We think that the analysis set forth in Apple Computer, Inc. v. Commissioner, supra, in respect of whether the spread constitutes "wages" is equally applicable herein. Respondent's sole basis for distinguishing that analysis is based upon Rev. Rul. 71-52, supra, and Notice 87-49, supra.
In Rev. Rul. 71-52, supra, the Commissioner determined that a corporation was not required to withhold taxes on a disqualifying disposition of stock acquired under an ISO plan. The foundation for the ruling was the Commissioner's ipse dixit declaration that spread income is not "wages" for purposes of the collection of income tax at source on wages (subtitle C, chapter 24 of the Code), even though it is includable as compensation in the employee's gross income.
In Notice 87-49, supra, the Commissioner announced that a section 162 deduction by an employer corporation would not be dependent on whether taxes were withheld by the corporation upon the disqualifying disposition of ISO stock. The determination is a direct response to the problems of taxpayers in complying with section 1.422A-1(b), Proposed Income Tax Regs., 49 Fed. Reg. 4507 (Feb. 7, 1984), which by reference to section 83 and section 1.83-6(a)(2), Income Tax Regs., requires employer corporations to withhold taxes on spread income before they may take a deduction under section 162. See also sec. 1.422A-1(b)(3) Example (3), Proposed Income Tax Regs., 49 Fed. Reg. 4507 (Feb. 7, 1984). Accordingly, the notice stated: "to the extent it is inconsistent with this determination, section 1.422A-1(b)(1) of the proposed regulations will not be adopted as a final regulation." Notice 87-49, 1987-2 C.B. at 357. Also, the Commissioner announced she was reconsidering Rev. Rul 71-52, supra, and "Until the results of such reconsideration are announced, the principles of that revenue ruling will apply to a disqualifying disposition of stock acquired by the exercise of an ISO."
Respondent's position as expounded in Rev. Rul. 71-52, supra and Notice 87-49, supra, is totally unpersuasive. In the first place, each of these pronouncements was issued for specific purposes of administrative convenience not related to the issue before us herein. In the second place, and more importantly, revenue rulings, to say nothing of lesser pronouncements such as notices, represent "merely the opinion of a lawyer in the agency and must be accepted as such," and are "not binding on the * * * courts." Stubbs, Overbeck & Associates, Inc. v. United States [71-2 USTC ╤ 9520], 445 F.2d 1142, 1146-1147 (5th Cir. 1971); see Halliburton Co. v. Commissioner [Dec. 48,914], 100 T.C. 216, 232 (1993), affd. 25 F.3d 1043 (5th Cir. 1994); Stark v. Commissioner [Dec. 42,896], 86 T.C. 243, 250-251 (1986); accord Salomon, Inc. v. United States [92-2 USTC ╤ 50,551], 976 F.2d 837, 841 (2d Cir. 1992). Accordingly, "a ruling or other interpretation by the Commissioner is only as persuasive as her reasoning and the precedents upon which she relies." Halliburton Co. v. Commissioner [Dec. 48,914], 100 T.C. at 232.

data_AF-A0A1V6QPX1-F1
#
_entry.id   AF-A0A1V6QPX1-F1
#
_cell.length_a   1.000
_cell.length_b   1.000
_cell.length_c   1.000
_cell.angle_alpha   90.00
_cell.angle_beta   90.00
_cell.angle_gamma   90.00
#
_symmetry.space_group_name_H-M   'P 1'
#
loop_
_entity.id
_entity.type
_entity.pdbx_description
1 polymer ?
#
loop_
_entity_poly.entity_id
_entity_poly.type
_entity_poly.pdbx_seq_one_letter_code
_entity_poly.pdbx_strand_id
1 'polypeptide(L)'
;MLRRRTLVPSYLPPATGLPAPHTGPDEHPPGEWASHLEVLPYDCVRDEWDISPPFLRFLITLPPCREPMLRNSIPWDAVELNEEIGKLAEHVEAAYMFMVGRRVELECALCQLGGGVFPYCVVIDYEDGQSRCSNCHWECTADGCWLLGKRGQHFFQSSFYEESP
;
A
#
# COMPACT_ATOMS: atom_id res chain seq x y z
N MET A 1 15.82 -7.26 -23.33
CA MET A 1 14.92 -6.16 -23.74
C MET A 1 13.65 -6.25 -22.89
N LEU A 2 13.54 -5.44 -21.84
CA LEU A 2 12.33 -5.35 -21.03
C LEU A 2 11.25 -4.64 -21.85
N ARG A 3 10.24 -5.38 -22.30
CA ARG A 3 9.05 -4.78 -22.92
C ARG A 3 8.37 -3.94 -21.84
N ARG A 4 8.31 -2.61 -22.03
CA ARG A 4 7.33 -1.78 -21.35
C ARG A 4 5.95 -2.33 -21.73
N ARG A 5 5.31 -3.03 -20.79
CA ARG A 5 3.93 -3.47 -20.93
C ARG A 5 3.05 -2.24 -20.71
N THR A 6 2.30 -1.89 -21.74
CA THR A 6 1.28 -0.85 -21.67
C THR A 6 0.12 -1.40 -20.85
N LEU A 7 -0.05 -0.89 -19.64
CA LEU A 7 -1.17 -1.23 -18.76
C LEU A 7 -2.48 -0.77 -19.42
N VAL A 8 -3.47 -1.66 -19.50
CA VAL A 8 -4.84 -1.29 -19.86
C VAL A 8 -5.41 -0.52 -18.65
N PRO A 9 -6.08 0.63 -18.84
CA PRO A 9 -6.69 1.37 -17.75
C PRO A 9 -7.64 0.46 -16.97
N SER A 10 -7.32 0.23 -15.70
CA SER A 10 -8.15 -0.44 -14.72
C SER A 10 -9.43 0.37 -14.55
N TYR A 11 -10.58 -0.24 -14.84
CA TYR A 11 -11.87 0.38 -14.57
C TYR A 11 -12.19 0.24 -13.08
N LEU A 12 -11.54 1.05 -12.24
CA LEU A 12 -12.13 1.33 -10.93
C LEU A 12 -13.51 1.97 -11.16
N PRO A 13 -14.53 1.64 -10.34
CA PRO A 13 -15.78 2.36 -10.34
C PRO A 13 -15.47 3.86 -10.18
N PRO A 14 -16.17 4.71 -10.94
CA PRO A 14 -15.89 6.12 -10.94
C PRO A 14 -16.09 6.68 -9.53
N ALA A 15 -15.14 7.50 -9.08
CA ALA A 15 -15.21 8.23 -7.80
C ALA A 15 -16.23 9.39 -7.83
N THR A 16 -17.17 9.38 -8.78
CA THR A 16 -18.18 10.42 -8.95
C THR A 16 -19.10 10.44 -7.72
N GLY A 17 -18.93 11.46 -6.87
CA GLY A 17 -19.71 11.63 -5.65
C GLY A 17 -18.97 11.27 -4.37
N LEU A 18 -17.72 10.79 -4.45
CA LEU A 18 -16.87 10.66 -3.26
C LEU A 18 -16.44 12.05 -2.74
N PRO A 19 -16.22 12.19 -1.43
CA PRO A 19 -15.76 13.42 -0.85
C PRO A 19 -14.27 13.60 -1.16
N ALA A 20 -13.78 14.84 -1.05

We see no reason for not applying Apple Computer Inc. v. Commissioner, supra, to the situation involved herein. We are reinforced in this conclusion by our inability to understand the basis, other than respondent's ipse dixit statements, for distinguishing the treatment of spread income arising from disqualifying dispositions of ESPP stock, which respondent concedes satisfies the requirements of section 41, and such dispositions of ISO stock. Respondent's interpretation of section 3401 is in conflict with the statute and the regulations thereunder. See supra note 3. There is no statutory exception preventing spread income from ISO stock from being within that class of income defined as "wages" in section 3401(a), and respondent has cited no authority for creating any such exception. In this connection, the reference to "fringe benefits" in the House report, see supra note 5, would appear to encompass those items, considered as falling within such category, which are expressly excluded from withholding under section 3401(a), e.g., moving expenses, educational assistance, and medical reimbursements. Under these circumstances, to the extent that the rulings support respondent's argument herein, they "must be ignored". See Propstra v. United States [82-2 USTC ╤ 13,475], 680 F.2d 1248, 1256-1257 (9th Cir. 1982); cf. Stubbs, Overbeck & Associates, Inc. v. United States [71-2 USTC ╤ 9520], 445 F.2d at 1147 ("It would appear that perhaps the drafter of the Ruling did a bit of legislating for the convenience of the IRS. Only Congress has the power to do this.").
We hold that the ISO spread income constitutes "wages" under section 3401(a) and that, therefore, the ISO spread income constitutes "wages" for the purposes of section 41.
Decision will be entered under Rule 155.